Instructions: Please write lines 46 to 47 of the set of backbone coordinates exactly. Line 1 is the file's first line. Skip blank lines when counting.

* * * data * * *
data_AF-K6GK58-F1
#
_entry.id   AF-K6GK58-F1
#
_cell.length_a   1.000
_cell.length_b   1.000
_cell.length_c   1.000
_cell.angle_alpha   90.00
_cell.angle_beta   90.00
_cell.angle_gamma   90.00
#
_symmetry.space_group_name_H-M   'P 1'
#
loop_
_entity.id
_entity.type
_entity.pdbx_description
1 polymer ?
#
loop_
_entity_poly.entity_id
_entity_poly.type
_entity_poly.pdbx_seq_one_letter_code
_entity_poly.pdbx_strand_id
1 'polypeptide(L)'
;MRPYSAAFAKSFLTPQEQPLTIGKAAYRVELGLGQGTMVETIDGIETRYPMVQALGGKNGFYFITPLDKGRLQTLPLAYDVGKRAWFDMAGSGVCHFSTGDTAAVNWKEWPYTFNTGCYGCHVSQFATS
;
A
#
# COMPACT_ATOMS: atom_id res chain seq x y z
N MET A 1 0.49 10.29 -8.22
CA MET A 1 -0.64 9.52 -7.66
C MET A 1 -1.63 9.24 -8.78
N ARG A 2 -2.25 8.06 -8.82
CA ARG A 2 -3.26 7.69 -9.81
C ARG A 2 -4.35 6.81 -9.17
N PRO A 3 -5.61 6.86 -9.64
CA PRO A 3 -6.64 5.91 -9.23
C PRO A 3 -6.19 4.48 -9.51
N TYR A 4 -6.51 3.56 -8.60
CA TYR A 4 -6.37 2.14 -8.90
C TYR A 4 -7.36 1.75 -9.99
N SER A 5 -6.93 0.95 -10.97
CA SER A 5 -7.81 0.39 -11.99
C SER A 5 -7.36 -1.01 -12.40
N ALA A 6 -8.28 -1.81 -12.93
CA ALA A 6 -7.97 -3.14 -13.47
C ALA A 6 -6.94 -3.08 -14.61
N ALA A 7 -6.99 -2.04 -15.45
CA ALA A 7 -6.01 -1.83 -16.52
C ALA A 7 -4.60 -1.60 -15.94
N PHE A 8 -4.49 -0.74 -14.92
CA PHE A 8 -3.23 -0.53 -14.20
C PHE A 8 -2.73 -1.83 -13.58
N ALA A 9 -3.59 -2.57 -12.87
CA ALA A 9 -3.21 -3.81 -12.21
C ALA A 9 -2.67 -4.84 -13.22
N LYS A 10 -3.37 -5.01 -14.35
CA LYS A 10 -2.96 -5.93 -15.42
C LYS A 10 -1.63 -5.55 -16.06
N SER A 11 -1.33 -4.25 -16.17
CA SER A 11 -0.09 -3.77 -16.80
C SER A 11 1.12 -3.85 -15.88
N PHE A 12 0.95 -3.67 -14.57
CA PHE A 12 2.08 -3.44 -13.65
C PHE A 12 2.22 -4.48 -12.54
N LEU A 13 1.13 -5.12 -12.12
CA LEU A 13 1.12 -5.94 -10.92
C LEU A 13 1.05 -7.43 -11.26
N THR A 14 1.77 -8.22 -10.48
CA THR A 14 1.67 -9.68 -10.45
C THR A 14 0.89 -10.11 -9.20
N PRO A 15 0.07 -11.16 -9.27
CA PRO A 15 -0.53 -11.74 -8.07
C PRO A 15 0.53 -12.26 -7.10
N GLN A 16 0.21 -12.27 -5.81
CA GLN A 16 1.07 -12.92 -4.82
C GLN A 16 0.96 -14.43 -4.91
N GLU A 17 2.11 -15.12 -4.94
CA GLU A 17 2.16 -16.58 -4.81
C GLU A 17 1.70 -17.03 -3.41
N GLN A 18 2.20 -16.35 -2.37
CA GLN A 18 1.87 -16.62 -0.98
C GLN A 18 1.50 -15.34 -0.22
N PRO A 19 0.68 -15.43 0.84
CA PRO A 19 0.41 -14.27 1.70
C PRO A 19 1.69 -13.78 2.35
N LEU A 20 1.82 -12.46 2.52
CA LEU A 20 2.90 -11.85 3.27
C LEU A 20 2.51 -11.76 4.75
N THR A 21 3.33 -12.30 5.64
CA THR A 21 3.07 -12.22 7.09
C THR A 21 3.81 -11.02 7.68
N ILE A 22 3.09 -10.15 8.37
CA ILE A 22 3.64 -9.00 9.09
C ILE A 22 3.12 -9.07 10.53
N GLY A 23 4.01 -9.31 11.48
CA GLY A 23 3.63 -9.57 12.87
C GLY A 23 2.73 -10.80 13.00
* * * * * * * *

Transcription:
N ALA A 6 -8.28 -1.81 -12.93
CA ALA A 6 -7.97 -3.14 -13.47